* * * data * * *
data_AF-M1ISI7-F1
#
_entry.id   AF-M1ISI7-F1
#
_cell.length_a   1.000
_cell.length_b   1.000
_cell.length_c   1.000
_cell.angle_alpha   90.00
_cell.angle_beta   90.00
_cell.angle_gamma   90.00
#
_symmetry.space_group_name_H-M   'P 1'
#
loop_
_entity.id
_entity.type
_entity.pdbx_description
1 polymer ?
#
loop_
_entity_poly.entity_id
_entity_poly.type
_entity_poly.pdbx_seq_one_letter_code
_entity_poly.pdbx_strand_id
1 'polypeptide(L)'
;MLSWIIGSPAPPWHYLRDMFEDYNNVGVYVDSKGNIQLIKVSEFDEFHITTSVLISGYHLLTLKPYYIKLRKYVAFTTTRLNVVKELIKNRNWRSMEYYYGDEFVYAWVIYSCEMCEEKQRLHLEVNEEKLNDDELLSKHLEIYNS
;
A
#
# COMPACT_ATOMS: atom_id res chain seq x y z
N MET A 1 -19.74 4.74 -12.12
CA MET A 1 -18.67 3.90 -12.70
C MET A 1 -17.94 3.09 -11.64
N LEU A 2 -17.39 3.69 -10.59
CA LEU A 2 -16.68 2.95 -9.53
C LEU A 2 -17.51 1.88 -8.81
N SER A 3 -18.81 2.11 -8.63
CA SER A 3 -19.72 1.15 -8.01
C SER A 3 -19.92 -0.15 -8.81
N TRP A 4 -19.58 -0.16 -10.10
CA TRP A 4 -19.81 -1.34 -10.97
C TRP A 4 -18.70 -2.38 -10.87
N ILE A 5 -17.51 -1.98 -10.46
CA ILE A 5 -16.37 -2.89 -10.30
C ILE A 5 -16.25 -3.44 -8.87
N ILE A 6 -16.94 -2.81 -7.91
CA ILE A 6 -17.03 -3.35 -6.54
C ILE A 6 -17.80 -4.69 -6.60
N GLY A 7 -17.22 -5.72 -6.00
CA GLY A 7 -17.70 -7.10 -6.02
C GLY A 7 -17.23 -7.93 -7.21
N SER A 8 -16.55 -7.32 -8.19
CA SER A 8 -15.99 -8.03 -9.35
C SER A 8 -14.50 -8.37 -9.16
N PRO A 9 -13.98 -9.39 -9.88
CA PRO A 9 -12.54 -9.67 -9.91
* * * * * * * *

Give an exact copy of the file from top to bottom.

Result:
data_AF-M1ISI7-F1
#
_entry.id   AF-M1ISI7-F1
#
_cell.length_a   1.000
_cell.length_b   1.000
_cell.length_c   1.000
_cell.angle_alpha   90.00
_cell.angle_beta   90.00
_cell.angle_gamma   90.00
#
_symmetry.space_group_name_H-M   'P 1'
#
loop_
_entity.id
_entity.type
_entity.pdbx_description
1 polymer ?
#
loop_
_entity_poly.entity_id
_entity_poly.type
_entity_poly.pdbx_seq_one_letter_code
_entity_poly.pdbx_strand_id
1 'polypeptide(L)'
;MLSWIIGSPAPPWHYLRDMFEDYNNVGVYVDSKGNIQLIKVSEFDEFHITTSVLISGYHLLTLKPYYIKLRKYVAFTTTRLNVVKELIKNRNWRSMEYYYGDEFVYAWVIYSCEMCEEKQRLHLEVNEEKLNDDELLSKHLEIYNS
;
A
#
# COMPACT_ATOMS: atom_id res chain seq x y z
N MET A 1 -19.74 4.74 -12.12
CA MET A 1 -18.67 3.90 -12.70
C MET A 1 -17.94 3.09 -11.64
N LEU A 2 -17.39 3.69 -10.59
CA LEU A 2 -16.68 2.95 -9.53
C LEU A 2 -17.51 1.88 -8.81
N SER A 3 -18.81 2.11 -8.63
CA SER A 3 -19.72 1.15 -8.01
C SER A 3 -19.92 -0.15 -8.81
N TRP A 4 -19.58 -0.16 -10.10
CA TRP A 4 -19.81 -1.34 -10.97
C TRP A 4 -18.70 -2.38 -10.87
N ILE A 5 -17.51 -1.98 -10.46
CA ILE A 5 -16.37 -2.89 -10.30
C ILE A 5 -16.25 -3.44 -8.87
N ILE A 6 -16.94 -2.81 -7.91
CA ILE A 6 -17.03 -3.35 -6.54
C ILE A 6 -17.80 -4.69 -6.60
N GLY A 7 -17.22 -5.72 -6.00
CA GLY A 7 -17.70 -7.10 -6.02
C GLY A 7 -17.23 -7.93 -7.21
N SER A 8 -16.55 -7.32 -8.19
CA SER A 8 -15.99 -8.03 -9.35
C SER A 8 -14.50 -8.37 -9.16
N PRO A 9 -13.98 -9.39 -9.88
CA PRO A 9 -12.54 -9.67 -9.91